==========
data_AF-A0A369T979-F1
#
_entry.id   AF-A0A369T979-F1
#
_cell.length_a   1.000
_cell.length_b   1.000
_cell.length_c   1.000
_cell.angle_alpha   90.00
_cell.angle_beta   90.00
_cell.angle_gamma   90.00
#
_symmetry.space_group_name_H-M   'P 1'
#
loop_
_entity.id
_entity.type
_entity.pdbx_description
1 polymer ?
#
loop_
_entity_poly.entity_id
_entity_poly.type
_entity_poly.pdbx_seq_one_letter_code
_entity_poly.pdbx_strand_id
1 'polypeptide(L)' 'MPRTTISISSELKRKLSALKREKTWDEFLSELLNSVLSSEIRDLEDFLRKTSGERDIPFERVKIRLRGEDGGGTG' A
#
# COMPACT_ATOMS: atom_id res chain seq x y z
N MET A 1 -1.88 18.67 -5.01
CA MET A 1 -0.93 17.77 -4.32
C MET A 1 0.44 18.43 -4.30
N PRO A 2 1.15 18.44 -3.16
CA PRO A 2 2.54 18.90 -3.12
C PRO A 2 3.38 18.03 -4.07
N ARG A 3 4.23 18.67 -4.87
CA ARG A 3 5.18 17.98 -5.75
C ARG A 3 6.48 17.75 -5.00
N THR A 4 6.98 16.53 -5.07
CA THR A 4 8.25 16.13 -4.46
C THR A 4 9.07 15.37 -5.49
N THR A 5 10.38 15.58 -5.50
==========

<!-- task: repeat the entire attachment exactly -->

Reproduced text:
data_AF-A0A369T979-F1
#
_entry.id   AF-A0A369T979-F1
#
_cell.length_a   1.000
_cell.length_b   1.000
_cell.length_c   1.000
_cell.angle_alpha   90.00
_cell.angle_beta   90.00
_cell.angle_gamma   90.00
#
_symmetry.space_group_name_H-M   'P 1'
#
loop_
_entity.id
_entity.type
_entity.pdbx_description
1 polymer ?
#
loop_
_entity_poly.entity_id
_entity_poly.type
_entity_poly.pdbx_seq_one_letter_code
_entity_poly.pdbx_strand_id
1 'polypeptide(L)' 'MPRTTISISSELKRKLSALKREKTWDEFLSELLNSVLSSEIRDLEDFLRKTSGERDIPFERVKIRLRGEDGGGTG' A
#
# COMPACT_ATOMS: atom_id res chain seq x y z
N MET A 1 -1.88 18.67 -5.01
CA MET A 1 -0.93 17.77 -4.32
C MET A 1 0.44 18.43 -4.30
N PRO A 2 1.15 18.44 -3.16
CA PRO A 2 2.54 18.90 -3.12
C PRO A 2 3.38 18.03 -4.07
N ARG A 3 4.23 18.67 -4.87
CA ARG A 3 5.18 17.98 -5.75
C ARG A 3 6.48 17.75 -5.00
N THR A 4 6.98 16.53 -5.07
CA THR A 4 8.25 16.13 -4.46
C THR A 4 9.07 15.37 -5.49
N THR A 5 10.38 15.58 -5.50